In 2014, we wrote about this famous Portland poster, an image that went viral before “becoming viral” was even a thing.
The Expose Yourself to Art (1978) poster, featuring soon-to-be Portland mayor Bud Clark flashing a bronze statue, was photographed by local journalist Mike Ryerson. The poster was initially conceived by Clark and Ryerson as a fundraising effort for the Venereal Disease Action Council. However, it struck a chord with people worldwide and went on to sell well over a quarter-million copies in just five years (and many more since then).
On January 6, 2015, Mike Ryerson passed away. Not only was he “a photographer, a baseball fan, a tavern owner, a political activist, an ad salesman, a journalist and a man with an encyclopedic knowledge of Northwest Portland,” as noted in his obituary in the Oregonian, but Mike was a longtime regular and welcome sight at McMenamins Blue Moon, Tavern & Pool and Rams Head.
Mike’s knowledge of Northwest Portland was phenomenal – he knew the stories behind every mansion, every site and every business up and down NW 23rd and well beyond. While he had served as Bud Clark’s first campaign manager and later as press liaison, his longtime friend David James said that Mike’s “true interest was Northwest Portland, its history and its future.”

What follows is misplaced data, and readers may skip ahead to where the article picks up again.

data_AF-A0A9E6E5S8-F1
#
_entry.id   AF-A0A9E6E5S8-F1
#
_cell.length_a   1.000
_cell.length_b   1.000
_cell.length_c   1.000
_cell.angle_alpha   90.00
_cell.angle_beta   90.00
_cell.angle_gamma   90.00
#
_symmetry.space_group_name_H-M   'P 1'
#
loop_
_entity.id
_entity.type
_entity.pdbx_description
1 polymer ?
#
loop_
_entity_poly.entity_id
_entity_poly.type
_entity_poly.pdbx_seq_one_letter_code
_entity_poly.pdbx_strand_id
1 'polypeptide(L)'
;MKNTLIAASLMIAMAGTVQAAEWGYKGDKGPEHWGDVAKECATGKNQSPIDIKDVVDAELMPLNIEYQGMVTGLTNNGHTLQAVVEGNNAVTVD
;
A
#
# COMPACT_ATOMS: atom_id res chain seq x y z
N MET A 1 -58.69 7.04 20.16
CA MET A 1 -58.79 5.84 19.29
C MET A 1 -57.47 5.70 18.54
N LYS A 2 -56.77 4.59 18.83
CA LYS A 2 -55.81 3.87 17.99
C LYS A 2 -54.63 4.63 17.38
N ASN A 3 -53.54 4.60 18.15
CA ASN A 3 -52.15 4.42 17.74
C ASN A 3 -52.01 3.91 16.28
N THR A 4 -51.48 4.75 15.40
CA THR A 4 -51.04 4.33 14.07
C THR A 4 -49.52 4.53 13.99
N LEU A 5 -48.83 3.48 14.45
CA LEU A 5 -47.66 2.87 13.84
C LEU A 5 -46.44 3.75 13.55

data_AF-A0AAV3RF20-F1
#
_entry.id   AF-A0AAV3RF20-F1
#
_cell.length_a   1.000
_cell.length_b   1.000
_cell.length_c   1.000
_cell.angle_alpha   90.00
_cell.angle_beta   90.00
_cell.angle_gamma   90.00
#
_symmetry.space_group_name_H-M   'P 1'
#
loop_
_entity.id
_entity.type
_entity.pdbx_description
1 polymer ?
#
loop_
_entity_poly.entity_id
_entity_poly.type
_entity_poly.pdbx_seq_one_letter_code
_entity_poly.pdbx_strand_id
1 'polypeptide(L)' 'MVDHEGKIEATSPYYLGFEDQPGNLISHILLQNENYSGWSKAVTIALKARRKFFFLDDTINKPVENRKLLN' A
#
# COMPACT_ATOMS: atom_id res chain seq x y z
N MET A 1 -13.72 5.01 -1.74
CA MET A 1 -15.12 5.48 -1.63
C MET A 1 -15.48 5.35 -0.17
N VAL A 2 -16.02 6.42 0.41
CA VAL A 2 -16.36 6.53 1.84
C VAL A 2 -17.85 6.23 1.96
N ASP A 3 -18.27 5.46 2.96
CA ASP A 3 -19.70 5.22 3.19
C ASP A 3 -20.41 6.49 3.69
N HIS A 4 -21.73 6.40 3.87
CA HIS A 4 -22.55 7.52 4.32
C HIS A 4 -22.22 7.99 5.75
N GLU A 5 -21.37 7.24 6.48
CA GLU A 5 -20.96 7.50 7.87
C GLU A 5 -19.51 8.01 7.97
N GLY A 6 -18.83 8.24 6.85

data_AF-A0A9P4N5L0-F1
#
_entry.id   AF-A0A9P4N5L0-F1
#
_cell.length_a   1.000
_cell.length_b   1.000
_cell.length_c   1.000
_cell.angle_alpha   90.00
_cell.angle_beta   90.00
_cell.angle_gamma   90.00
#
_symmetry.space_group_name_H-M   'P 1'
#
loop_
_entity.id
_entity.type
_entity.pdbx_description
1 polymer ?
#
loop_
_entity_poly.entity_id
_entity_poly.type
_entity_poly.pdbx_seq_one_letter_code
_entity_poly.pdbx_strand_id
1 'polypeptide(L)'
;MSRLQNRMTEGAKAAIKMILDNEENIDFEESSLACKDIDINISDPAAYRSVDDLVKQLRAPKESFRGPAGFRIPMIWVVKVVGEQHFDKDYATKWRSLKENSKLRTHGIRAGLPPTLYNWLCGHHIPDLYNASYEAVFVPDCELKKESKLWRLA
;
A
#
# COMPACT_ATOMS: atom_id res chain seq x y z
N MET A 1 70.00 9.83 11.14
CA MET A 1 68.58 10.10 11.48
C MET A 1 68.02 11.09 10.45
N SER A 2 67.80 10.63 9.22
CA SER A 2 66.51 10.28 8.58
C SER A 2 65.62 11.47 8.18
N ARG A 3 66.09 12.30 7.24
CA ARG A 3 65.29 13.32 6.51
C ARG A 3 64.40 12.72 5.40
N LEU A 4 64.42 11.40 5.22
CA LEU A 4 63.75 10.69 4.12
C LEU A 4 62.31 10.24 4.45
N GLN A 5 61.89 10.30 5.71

Mike was also coordinator and co-founder (along with our own historian Tim Hills) of the annual Slabtown Community Festival, of which our Tavern & Pool has been a sponsor and participant since its inception in 2007. The festival celebrates the historic neighborhood and the people who lived (and live) within its bounds. Ryerson also co-wrote, along with Norm Gholston and Tracy Prince, the book Portland’s Slabtown about the neighborhood, and he worked with Tim Hills, the historian for McMenamins, to regularly do historical presentations about the area.
In recent years, Ryerson, along with local historian Tanya March, launched “Mike’s History Tours,” offering fun and expert history explorations throughout the Northwest 23rd Avenue corridor. Sponsored by many NW 23rd businesses, including McMenamins, it was always a fun and popular venture. March will continue the tours, as she was quoted as saying in the Oregonian.
Mike’s untimely death was a loss not only to his many friends at McMenamins and throughout the NW Portland community, but to the state of Oregon. He was a true chronicler of Pacific Northwest life, history and more. Below is a detail from a painting by McMenamins artist Olivia Behm that currently hangs at Tavern & Pool, showing Mike with an issue of the NW Examiner community newspaper of which he was a part for 20 years.
Among the comments left on Mike’s Oregonian obituary were these beautifully written thoughts:
“Oh, such a loss… his efforts for helping and boosting NW business were renowned. … He needs a statue in Slabtown or Nob Hill. Wonderful person”
“I will miss him and his dedication to telling history accurately and interestingly.”
“RIP Dad. I hope you are enjoying a cold one in Heaven.”